[Date Prev][Date Next][Thread Prev][Thread Next][Date Index][Thread Index][Subject Index][Author Index]

My apologies, but... physiology revisited

I'm sure some don't want to see this subject again so soon, but my
frequent disappointment with the discussions here about dinosaurian
endothermy force me to say some things that are likely to be a bit
unpopular.  I'm going to start by picking on Stan because IMHO he
should have known better than to have conspired in the following
"critique" of Ruben et al.'s 30Aug1996 _Science_ paper "The Metabolic
Status of Some Late Cretaceous Dinosaurs".  In response to Jonathan
Melville Stan wrote (on December 19th):

  I tend to agree with Dr. Paul here. A sample size of four is almost
  always inadequate, for almost any purpose. The only time it is
  acceptible, IMHO, is when there simply aren't any more samples
  available. And there are certainly more species of birds available
  than four!!

I don't think Stan could possibly have read (or at least remembered)
the paper and still have written the above.  I expect better of you
guys.  I have the paper in front of me now, and I invite Stan to look
at its Figure 3.  There are two regression lines here (much as you
might see in a discussion of Harry Jerison's "EQ").  There are 12
animals sampled form modern endotherms and 9 from modern ectotherms.
The regression lines (on a log-log plot) for the nasal cross-sectional
areas vs. mass are clearly distinct for the two groups.  The study was
not based merely on "a sample size of four".  Perhaps Jonathan's
defense makes a bit more sense now?  Greg's "problems" with the
undersampling of the variability in nasal cross-sectional areas of
extant animals ought to explain why these areas fall on such nice
regression lines if there's no significance here.  Since Greg claims
to have made relevant measurements I invite him to share his results.

More recently we were told (by Douglas Orr) that:

  The generation of the majority of the body heat in endotherms is not
  a result of aerobic metabolism (which also occurs in ectotherms) but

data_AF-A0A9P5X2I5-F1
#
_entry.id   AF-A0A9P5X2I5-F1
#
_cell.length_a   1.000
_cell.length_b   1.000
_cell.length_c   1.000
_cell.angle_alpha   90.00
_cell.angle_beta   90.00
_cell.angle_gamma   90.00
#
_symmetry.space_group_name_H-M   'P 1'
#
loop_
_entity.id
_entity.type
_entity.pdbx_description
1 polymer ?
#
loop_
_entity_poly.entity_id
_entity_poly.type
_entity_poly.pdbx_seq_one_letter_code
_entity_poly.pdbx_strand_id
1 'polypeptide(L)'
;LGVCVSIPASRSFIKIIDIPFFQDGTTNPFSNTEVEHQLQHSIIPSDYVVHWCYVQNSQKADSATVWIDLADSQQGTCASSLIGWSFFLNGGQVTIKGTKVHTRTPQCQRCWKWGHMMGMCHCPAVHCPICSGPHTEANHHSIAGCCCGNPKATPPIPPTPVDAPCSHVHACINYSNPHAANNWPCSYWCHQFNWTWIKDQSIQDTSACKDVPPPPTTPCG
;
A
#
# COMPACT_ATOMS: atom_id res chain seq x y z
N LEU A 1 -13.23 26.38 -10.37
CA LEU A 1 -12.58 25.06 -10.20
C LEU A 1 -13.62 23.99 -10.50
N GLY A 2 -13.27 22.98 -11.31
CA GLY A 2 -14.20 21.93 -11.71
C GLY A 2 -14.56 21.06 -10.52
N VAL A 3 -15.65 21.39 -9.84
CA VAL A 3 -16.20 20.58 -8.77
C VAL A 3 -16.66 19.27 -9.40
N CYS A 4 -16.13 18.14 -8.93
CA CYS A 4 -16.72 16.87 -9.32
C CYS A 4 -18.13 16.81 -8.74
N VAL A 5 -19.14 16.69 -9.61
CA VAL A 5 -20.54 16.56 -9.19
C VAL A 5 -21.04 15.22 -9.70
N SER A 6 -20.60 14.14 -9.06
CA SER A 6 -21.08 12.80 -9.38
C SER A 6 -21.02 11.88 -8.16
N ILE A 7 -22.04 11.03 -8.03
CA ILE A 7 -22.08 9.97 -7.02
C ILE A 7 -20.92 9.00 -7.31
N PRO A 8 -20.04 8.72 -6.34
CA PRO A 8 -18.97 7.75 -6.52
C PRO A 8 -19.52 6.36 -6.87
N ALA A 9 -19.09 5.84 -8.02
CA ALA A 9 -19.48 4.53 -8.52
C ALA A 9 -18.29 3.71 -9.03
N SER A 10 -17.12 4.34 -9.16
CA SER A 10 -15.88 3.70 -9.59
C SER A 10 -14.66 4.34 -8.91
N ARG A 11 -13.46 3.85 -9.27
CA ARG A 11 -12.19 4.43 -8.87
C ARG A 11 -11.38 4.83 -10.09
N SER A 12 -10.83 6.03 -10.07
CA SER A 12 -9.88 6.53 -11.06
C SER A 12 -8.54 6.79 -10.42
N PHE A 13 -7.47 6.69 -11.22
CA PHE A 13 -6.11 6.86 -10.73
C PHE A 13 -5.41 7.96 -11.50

is, instead, a result of muscular contraction. 

For an alternate view I'll quote Ruben's _Annual Review of Physiology_
paper from 1995:

  It has long been recognized that about 70% of heat production at
  rest in humans is generated by the internal organs (i.e. liver,
  kidneys, brain, heart, intestines), even though they comprise only
  about 8% of body mass (1).

  1. Aschoff J, Gunther B, Kramer K. 1971. _Energiehaushalt und
     Temperaturregulation_ Munich: Urban and Schwarzenberg.

It's true that skeletal muscle provides the majority of our heat
production during exercise, but it's not at all clear to me why said
heat is to be distinguished from "aerobic metabolism" since the
biggest difference between mammals and lizards in this regard is that
mammals are better at maintaining high activity levels while burning
the requisite energy aerobically.

I expect this to cause enough of a firestorm; I've held back up to now
mostly because I don't really have the time to get into a protracted
debate.  I'll quit here in the hope of keeping subsequent messages
short as well.  But before I go I'll add 1) that I'm about to forward
another message from Terry and 2) that my bottom line is only that
contrary to much of what passes through this list it still appears to
me there is no preponderance of evidence forcing any conclusion as to
whether or not dinosaurs were endothermic.

Mickey Rowe     (mrowe@indiana.edu)